1998 Congressional Hearings
Special Weapons
Nuclear, Chemical, Biological and Missile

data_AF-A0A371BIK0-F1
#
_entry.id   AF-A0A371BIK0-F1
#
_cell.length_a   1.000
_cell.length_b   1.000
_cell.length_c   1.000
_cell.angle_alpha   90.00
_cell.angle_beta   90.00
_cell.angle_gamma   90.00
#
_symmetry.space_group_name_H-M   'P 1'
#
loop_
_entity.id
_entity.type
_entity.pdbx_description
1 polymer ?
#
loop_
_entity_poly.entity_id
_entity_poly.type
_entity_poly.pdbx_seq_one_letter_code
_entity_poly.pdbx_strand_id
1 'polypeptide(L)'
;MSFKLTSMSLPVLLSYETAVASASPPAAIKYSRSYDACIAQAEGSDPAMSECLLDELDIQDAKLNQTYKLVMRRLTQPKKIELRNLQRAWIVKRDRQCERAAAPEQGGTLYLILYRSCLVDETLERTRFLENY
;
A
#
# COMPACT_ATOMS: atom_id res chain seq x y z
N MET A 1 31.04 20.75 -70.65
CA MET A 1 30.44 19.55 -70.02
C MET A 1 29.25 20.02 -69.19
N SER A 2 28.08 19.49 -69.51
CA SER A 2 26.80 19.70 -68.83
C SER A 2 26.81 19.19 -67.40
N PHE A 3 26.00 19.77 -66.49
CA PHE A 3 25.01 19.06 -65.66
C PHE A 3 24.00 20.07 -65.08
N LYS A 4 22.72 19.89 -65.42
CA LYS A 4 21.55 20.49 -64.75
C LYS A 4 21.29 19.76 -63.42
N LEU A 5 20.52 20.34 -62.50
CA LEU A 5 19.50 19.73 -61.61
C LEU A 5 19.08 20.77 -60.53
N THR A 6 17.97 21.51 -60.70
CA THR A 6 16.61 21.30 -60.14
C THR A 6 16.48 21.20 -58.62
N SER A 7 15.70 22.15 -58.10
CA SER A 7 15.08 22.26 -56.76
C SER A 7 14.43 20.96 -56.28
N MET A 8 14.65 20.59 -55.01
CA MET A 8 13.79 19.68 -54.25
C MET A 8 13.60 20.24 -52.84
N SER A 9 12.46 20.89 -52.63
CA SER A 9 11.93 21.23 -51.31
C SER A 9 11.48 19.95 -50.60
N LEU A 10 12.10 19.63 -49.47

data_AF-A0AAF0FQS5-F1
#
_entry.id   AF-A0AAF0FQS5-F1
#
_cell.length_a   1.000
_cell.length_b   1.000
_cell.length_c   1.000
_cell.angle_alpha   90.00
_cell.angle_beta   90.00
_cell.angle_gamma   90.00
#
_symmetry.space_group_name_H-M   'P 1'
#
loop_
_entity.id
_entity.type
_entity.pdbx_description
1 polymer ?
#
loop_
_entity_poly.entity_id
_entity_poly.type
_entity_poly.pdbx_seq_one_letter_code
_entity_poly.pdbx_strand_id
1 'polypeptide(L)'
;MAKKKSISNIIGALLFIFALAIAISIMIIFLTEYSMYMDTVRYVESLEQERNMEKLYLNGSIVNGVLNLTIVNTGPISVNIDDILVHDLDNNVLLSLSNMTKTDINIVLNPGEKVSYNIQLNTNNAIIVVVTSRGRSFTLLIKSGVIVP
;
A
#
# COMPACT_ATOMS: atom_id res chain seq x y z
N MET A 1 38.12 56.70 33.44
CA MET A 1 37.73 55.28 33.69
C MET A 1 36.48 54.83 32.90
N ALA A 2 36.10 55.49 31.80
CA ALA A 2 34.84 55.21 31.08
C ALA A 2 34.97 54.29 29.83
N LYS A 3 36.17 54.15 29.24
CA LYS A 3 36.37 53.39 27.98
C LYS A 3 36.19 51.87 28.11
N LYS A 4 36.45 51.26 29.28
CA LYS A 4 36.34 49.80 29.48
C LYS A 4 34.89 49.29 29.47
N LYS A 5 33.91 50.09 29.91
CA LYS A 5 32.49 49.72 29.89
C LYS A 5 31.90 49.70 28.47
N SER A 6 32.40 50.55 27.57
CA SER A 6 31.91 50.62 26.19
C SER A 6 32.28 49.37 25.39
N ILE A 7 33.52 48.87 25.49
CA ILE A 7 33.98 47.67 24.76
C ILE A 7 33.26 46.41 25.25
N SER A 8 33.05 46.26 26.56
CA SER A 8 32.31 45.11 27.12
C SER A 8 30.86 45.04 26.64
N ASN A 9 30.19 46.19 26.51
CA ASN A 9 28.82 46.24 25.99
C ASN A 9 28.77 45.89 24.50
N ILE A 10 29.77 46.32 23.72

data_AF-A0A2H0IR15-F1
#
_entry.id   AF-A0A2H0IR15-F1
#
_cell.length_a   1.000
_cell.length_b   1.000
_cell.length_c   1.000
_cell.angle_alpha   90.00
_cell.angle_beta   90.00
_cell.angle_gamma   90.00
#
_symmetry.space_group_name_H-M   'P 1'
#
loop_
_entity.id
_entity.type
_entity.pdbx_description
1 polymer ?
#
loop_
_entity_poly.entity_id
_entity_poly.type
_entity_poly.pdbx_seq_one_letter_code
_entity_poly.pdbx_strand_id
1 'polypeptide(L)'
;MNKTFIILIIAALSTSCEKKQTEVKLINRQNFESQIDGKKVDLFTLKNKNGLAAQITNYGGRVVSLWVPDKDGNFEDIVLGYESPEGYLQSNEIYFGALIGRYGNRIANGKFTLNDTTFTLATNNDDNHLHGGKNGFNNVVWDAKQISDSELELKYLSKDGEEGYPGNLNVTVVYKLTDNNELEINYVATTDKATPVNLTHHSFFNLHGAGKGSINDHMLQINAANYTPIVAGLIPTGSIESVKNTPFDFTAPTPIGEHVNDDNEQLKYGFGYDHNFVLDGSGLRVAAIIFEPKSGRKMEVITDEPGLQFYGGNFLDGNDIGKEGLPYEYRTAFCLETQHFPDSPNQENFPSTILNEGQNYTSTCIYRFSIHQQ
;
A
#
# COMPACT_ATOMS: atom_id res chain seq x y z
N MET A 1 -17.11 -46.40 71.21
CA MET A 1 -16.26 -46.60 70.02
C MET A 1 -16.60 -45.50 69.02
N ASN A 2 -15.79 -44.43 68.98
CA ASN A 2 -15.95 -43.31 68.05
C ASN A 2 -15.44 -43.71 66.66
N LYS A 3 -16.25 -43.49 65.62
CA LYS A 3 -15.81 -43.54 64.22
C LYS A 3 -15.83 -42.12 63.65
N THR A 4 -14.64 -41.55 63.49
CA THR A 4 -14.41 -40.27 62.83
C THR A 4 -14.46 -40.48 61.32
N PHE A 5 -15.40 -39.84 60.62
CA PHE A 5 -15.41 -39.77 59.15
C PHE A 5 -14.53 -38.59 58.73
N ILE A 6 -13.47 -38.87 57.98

TESTIMONY OF AMBASSADOR DAVID L. AARON UNDERSECRETARY OF COMMERCE FOR INTERNATIONAL TRADE JUNE 18,1998 HOUSE COMMITTEE ON INTERNATIONAL RELATIONS SUBCOMMITTEE ON ASIA AND THE PACIFIC HEARING ON INDIA-PAKISTAN NUCLEAR PROLIFERATION Mr. Chairman, Members of the Subcommittee on Asia and the Pacific, thank you for inviting me to comment on the implementation of sanctions announced in response to the nuclear tests of India and Pakistan and the implications for U.S. business. I know that the specific details of implementation are of great interest to you and to the business community. My remarks are necessarily preliminary, given that we are only now completing preparations to announce how the sanctions will be implemented. THE SANCTIONS The President announced sanctions on India on May 13 in response to India's nuclear tests on May 11 and 13. He subsequently announced sanctions on Pakistan on May 30 in response to Pakistan's nuclear tests of May 28 and 30. The President was required to impose sanctions under the Section 102 of the Arms Export Control Act, which is also known as the Glenn Amendment. Under the law, sanctions will remain in effect until the Congress passes legislation removing them. The sanctions include: -- Termination of assistance under the Foreign Assistance Act of 1961, except for humanitarian assistance or food or other agricultural commodities. -- Termination of sales of defense articles, defense services, or design and construction services under the Arms Export Control Act, and revocation of licenses for the commercial sale of any items on the U.S. Munitions List. -- Termination, of all foreign military financing under the Arms Export Control Act. -- Denial of any credit, credit guarantees or other financial assistance by any department agency, or instrumentality of the United States Government. -- Opposition to the extension of any loan for financial or technical assistance by any international financial institution. -- Prohibiting U.S. banks from making any loan or providing any credit to the government of India and Pakistan, except for the purpose of purchasing food or other agricultural commodities. -- Prohibiting export of specific goods and technology subject to export licensing by the Commerce Department. -- Pursuant to the Secretary of States determination under section 2(b)(4) of the Export-Import Act of 1945, the Board of Directors of the Export Import Bank may not give approval to guarantee, insure, or extend credit, or participate in the extension of credit in support of U.S. exports to India and Pakistan. IMPLEMENTATION OF THE SANCTIONS This is the first time that the sanctions of the Glenn Amendment have been imposed. Agencies have been working quickly to interpret the law and develop implementation policies. Our approach has been to implement sanctions in a way that is most likely to influence the affected governments, while minimizing to the extent possible the impact on U.S. business and labor, and the populations of these countries. The sanctions do not preclude all U.S. trade and commerce with India and Pakistan. However, they will preclude the export of selected items and the provision by the U.S. Government of financial assistance to U.S. companies for exports and projects in India and Pakistan. This financial assistance has been important to U.S. companies. For example, it is important in the major infrastructure projects, which have been very visible products of the new commercial relationships that we have been building in recent years. Until implementation of the sanctions is well underway, it will be difficult to determine the precise impact on U.S. business. To give you an idea of the impact of sanctions on our trade and commerce with India and Pakistan, I will outline briefly what the Commerce Department's Bureau of Export Administration is doing to implement the sanction prohibiting the export of dual use goods and technology subject to export licensing. I will then discuss our present trade and commerce with India and Pakistan and highlight the activities and programs of USG agencies that will be affected by the sanctions. EXPORT LICENSING OF DUAL USE EQUIPMENT AND TECHNOLOGY The Department's Bureau of Export Administration (BXA) will deny exports of dual-use items controlled for nuclear or missile nonproliferation reasons under the Export Administration Act to all end users in India and Pakistan -- with an exception for commercial aircraft safety and maintenance equipment, and for computers above 2,000 MTOPS which will be controlled under the Export Administration Act for national security purposes. These measures are in response to the requirements of the Glenn Amendment. On a discretionary basis under the Export Administration Act, the United States will control all exports with a presumption of denial, including those not presently requiring a license, to a published list of Indian and Pakistani government entities involved in nuclear and missile programs. The United states will also publish a list of Indian and Pakistani government entities involved in military activities and will require a license, with a presumption of denial, for all items controlled by the Export Administration Regulations with the exception of common use item (those under category EAR99). The United States government will also identify private entities supporting India's and Pakistan's nuclear or missile programs under the Enhanced Proliferation Control Initiative (EPCI). This will result in a broader licensing requirement for those entities with a case-by-case review of such licenses and a presumption of denial for transactions that would support prohibited activities. Favorable consideration will continue to be given on a case-by-case basis to other dual use exports, U.S. business relationships, and other arrangements providing benefit to the U.S. with private and public Indian and Pakistani entities. License Exceptions will remain intact. U.S.-INDIA TRADE AND COMMERCE Prior to imposition of sanctions, bilateral trade and investment ties had been increasing as a result of Indian liberalization. In fact, the United States is India's largest trade and investment partner. In 1997, U.S. exports to India were valued at $3.6 billion, while U.S. imports from India totaled $7.3 billion. Our principal exports to India included aircraft and aircraft parts, computers and components, and chemicals. Our principal imports from India included textiles and apparel, diamonds, and jewelry. U.S. exports to India in 1997 increased nine percent over 1996, and increased 81 percent between 199 1, when India began its economic liberalization program, and last year. As of 1996, total actual U.S. investment in India was $1.1 billion. As of 1996, the United States accounted for 17 percent of actual foreign direct investment in India, and 27 percent of FDI approvals ($7.2 billion of $28.9 billion). The ability of U.S. companies to respond to new opportunities in India has been helped by the Commerce Department's trade promotion and advocacy activities. It remains to be seen how effective the International Trade Administration will be in the climate of sanctions. U.S. companies' activities in India and Pakistan also have benefited from financial support of the Export-Import Bank, the Overseas Private Investment Corporation (OPIC), the Trade and Development Agency (TDA). Let me give you an idea of what this amounts to: -- $10 billion in projects on the Commerce Department's advocacy agenda for India that were conceived with assistance from Eximbank, OPIC, or TDA in mind. -- Eximbank believes sanctions will immediately affect approximately $500 million in U.S. exports to India in pending commitments and $3.5 billion in projected U.S. exports based on indications of interest. Total Eximbank exposure on India is $1.5 billion. -- When sanctions were imposed on May 13, OPIC's outstanding financing and political risk insurance commitments in India exceeded $1 billion. -- The Trade and Development Agency (TDA) had provided about $1 million in support of feasibility studies for projects in India when sanctions were imposed on May 13, precluding new assistance. U.S. companies' ability to pursue projects in India will be diminished without USG financial support. Certainly, suppliers and investors in other countries whose governments have not imposed comparable sanctions will benefit. The relative insularity of the Indian economy, combined with the United States being the only country to impose such extensive sanctions, make it doubtful that the sanctions will cripple India's economy and economic development. Nevertheless, these sanctions will have an effect, especially if we are able to sustain a coalition opposing new financing by the international financial institutions. Already, foreign institutional investors are reducing their exposures in the Indian market because of economic uncertainty following the imposition of sanctions and the June I announcement of India's new budget, which provided little encouragement. U.S.-PAKISTAN TRADE AND COMMERCE The sanctions on Pakistan are the same as those imposed on India. However, the impact on Pakistan has the potential to be much more severe because of Pakistan's daunting economic problems. Last year our exports to Pakistan were $1.23 billion, and our imports $1.44 billion. We are the second largest supplier to Pakistan's market (after Japan), and the largest destination for that country's exports. About a third of our exports are cereals, but machinery, aircraft and fertilizers also are top items. On our import side, the trade overwhelmingly is in textiles and apparel items. Our commercial relations with Pakistan were already constrained by earlier proliferation-related sanctions in the early 1990s, which shut down OPIC and TDA activities. Eximbank also was largely absent for a recent period, although for commercial reasons. -- Eximbank currently has a total exposure in Pakistan of $429 million. Eximbank only re-entered the market effective February 19, 1998, after an absence dating from the fall of 1996. Since reentering the market, Exim had issued only one letter of interest, valued at $1.1 million. -- TDA had just re-entered the market last fall after a long, sanction-related absence. It was beginning to evaluate new projects, but had nothing ongoing at the time of the President's recent determination. -- OPIC reentered Pakistan earlier this year. Before sanctions, it had been in recent discussion with American companies for projects with an aggregate value of $2 billion, representing nearly $500 million of potential OPIC support. OPIC currently supports existing American investment in Pakistan with $65 million in political risk insurance. The new sanctions imposed on Pakistan will add to other daunting challenges U.S. companies face in this market. We cannot make the assumption that the Pakistani economy is strong enough to withstand a period of additional economic shocks. Pakistan has relied heavily on assistance from the international financial institutions and bilateral loans and assistance. Since its nuclear tests and the announcement of sanctions, Pakistan's government has declared an emergency, under which it has controlled foreign exchange transactions. (end text)